The claim that respondent was denied adequate representation by counsel is predicated upon the circumstances surrounding the original hearing in this matter. The complaint, as earlier noted, was filed in August, 1970, subsequent to the affirmance of the conviction by the 7th Circuit Court of Appeals (May 25, 1970) but prior to the denial of certiorari by the United States Supreme Court (November 16, 1970). Respondent commenced serving his sentence in January, 1971. The record contains several letters from respondent, one dated September 14, 1970, indicating respondent had filed a pro se answer to the complaint. The original hearing date set by the commissioners appears to have been January 14, 1971. It was continued at respondent's request to February 26 and then reset to March 12. Meanwhile counsel for the Illinois State Bar Association resigned, respondent was hospitalized, and the hearing again reset, this time for May 14. Respondent's associate, Bernard Narusis, indicated by letter of April 5 his intention to seek a continuance, and his desire to secure copies of the documents then on file, which he had requested in an earlier telephone call. By letter of April 7, he was advised that copies of the filed documents would be sent him upon his filing his appearance on behalf of respondent. In a letter dated May 5, respondent's associate indicated he would be engaged, on the date of the hearing, in a trial in the McHenry County circuit court and requested a continuance, preferably until after respondent had been released from prison. Counsel for amicus (Illinois State Bar Association) apparently telephoned Narusis in response to this letter, indicating to him that until he filed an appearance and motion for continuance "there was nothing before the panel to consider," and that amicus would oppose a continuance. A letter to attorney Narusis from counsel for amicus, dated May 17, three days after the hearing had been concluded, refers to the telephone conversation some days earlier, states "we will be going ahead on the 14th", and that respondent "will be present at the hearing on the 14th." It further states that counsel for amicus would oppose a motion for a continuance of the hearing should respondent's counsel decide to file one. There is no explanation of the purpose of this letter which relates only to what is expected to occur at a hearing held three days before the letter was written.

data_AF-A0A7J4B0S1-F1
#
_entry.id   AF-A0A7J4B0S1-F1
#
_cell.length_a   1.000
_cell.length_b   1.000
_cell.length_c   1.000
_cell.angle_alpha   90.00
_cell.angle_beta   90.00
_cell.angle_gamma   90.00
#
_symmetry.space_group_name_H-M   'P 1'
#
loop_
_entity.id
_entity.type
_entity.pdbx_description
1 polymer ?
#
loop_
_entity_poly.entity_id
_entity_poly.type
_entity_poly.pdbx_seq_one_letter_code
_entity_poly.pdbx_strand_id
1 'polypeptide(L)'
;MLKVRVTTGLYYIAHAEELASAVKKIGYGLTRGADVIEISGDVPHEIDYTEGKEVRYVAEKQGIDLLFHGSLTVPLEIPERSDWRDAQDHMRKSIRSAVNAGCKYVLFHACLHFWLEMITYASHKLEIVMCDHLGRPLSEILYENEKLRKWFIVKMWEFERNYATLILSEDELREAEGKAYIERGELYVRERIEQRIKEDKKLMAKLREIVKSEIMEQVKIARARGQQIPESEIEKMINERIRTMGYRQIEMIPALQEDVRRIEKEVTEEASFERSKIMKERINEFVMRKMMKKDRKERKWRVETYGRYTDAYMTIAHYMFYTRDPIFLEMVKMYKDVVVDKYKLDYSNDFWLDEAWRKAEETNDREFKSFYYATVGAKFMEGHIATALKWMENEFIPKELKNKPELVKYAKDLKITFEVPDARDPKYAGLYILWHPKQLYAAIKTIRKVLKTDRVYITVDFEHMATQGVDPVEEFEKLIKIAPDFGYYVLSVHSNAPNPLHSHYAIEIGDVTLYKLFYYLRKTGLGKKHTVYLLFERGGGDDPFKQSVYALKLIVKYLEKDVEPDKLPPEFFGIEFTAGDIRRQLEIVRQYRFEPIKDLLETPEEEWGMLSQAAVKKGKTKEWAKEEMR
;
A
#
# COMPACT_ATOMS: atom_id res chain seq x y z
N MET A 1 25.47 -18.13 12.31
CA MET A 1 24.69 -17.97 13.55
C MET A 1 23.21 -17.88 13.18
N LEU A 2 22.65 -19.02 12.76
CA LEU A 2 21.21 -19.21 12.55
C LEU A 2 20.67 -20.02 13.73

On April 27 a writ of habeas corpus ad testificandum had been issued at the request of counsel for amicus by the Federal District Court in Springfield requiring respondent's appearance at the May 14 hearing. It appears that respondent was able to obtain a "furlough" for the purpose of appearing at the hearing and that the writ was not executed.